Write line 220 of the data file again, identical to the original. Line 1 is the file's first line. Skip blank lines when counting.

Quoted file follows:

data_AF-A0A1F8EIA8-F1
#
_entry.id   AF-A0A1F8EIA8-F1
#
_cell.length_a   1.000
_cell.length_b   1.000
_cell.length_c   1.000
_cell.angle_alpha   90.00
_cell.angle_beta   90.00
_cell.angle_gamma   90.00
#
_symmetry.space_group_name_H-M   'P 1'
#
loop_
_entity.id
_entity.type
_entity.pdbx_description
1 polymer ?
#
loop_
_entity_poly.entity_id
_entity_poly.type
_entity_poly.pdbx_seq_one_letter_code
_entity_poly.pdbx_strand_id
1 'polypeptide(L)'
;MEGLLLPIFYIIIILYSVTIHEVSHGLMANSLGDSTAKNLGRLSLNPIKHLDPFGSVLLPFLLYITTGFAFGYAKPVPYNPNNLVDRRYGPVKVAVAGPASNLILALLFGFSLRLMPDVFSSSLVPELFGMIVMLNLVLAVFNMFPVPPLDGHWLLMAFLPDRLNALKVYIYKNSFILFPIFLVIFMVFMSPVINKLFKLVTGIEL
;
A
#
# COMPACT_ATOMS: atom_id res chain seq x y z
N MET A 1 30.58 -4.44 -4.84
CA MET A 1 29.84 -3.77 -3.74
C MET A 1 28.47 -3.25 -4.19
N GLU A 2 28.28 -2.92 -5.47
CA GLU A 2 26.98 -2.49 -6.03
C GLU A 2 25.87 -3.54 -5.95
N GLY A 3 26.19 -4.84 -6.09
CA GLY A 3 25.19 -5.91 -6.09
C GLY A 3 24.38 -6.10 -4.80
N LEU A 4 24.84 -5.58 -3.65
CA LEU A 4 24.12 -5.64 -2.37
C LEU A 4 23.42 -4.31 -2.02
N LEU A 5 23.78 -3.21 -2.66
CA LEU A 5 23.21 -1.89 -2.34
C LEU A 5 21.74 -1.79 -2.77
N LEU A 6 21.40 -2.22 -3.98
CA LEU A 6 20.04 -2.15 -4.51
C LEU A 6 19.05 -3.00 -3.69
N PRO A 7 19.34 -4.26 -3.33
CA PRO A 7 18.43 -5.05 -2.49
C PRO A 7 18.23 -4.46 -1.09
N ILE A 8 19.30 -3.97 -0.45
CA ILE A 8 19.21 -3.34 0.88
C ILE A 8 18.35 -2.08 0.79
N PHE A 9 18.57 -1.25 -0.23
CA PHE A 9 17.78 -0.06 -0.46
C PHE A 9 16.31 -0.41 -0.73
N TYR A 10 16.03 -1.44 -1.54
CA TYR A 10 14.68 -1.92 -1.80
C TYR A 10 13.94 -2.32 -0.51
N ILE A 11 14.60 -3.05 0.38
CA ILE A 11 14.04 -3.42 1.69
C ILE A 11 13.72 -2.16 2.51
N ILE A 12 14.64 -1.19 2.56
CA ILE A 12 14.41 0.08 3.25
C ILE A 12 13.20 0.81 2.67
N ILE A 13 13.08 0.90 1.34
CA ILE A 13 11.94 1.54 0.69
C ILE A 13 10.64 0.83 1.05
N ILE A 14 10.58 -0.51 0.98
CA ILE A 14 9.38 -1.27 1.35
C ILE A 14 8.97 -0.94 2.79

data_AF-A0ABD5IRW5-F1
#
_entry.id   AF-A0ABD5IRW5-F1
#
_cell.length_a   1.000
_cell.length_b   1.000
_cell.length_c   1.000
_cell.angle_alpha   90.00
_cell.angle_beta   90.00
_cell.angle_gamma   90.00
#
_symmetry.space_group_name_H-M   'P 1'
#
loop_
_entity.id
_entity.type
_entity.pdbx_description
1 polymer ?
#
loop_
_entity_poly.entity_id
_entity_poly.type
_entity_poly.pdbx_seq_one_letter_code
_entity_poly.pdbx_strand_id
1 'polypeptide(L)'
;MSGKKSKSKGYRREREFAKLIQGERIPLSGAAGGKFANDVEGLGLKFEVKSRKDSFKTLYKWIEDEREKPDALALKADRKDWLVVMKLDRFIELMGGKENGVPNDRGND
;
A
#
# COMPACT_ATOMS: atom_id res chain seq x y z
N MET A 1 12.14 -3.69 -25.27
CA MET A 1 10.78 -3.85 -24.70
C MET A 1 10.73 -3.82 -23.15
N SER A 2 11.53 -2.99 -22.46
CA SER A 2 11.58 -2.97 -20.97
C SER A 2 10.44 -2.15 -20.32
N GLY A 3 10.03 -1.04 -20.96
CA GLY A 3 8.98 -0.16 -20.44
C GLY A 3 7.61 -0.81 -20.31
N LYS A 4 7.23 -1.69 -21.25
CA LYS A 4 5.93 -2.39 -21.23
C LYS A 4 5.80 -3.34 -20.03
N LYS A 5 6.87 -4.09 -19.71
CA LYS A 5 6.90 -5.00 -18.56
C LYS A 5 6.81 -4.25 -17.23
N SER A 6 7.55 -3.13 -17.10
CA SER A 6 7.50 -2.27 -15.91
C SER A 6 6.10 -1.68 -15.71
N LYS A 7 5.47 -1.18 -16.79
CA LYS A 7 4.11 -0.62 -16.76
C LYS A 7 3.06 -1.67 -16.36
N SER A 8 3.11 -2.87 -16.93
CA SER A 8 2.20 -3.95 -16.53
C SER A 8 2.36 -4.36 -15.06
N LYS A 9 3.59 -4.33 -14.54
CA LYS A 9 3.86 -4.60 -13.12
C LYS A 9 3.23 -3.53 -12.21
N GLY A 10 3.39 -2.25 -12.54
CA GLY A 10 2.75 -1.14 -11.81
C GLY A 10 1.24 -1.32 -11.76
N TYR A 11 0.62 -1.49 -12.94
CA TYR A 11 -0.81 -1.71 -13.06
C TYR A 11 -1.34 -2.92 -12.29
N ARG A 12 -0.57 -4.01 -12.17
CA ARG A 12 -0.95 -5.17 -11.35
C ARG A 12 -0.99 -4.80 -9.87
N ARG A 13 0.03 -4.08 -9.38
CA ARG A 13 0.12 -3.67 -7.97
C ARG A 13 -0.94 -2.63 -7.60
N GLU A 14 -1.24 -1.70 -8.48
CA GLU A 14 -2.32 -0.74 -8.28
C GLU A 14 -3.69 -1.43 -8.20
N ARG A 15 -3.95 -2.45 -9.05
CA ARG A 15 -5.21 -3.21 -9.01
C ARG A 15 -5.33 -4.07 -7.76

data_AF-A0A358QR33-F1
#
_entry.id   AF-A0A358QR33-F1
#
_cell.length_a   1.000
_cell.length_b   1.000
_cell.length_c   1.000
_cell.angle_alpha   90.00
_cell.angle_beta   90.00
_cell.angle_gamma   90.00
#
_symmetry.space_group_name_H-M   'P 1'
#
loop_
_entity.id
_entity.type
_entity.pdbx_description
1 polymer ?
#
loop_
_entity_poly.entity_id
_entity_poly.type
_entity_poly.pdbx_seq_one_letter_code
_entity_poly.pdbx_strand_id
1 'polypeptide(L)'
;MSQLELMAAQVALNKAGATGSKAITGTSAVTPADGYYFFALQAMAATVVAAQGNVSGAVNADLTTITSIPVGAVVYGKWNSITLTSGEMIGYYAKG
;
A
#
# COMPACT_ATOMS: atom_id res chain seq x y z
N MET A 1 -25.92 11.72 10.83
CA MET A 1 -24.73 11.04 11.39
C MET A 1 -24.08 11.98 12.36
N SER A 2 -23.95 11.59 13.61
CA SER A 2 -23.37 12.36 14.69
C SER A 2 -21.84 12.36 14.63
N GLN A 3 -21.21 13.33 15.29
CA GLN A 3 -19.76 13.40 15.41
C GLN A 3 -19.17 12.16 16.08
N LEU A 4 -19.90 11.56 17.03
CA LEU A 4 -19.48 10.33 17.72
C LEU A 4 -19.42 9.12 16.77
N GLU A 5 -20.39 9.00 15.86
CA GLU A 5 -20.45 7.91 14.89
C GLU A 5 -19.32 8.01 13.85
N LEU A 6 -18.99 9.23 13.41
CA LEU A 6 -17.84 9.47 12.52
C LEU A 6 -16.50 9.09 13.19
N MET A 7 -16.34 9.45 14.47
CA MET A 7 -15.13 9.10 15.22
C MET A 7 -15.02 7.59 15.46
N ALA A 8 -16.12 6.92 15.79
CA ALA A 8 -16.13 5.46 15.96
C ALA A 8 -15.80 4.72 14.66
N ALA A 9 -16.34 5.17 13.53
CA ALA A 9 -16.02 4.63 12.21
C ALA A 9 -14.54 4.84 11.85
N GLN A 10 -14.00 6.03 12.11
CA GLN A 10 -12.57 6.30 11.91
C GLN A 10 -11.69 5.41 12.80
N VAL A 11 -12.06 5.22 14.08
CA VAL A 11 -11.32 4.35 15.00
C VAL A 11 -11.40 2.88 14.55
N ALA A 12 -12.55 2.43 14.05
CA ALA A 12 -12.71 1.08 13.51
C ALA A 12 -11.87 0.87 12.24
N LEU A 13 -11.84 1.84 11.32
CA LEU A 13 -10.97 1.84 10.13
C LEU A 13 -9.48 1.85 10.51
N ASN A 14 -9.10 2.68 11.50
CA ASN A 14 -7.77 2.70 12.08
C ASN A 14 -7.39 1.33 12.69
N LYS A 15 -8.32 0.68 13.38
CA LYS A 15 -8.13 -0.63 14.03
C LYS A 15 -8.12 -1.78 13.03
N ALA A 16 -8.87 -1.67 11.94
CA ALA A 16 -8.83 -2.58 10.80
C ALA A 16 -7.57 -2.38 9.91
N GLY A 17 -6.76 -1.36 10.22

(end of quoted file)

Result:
N LYS A 15 -8.32 0.68 13.38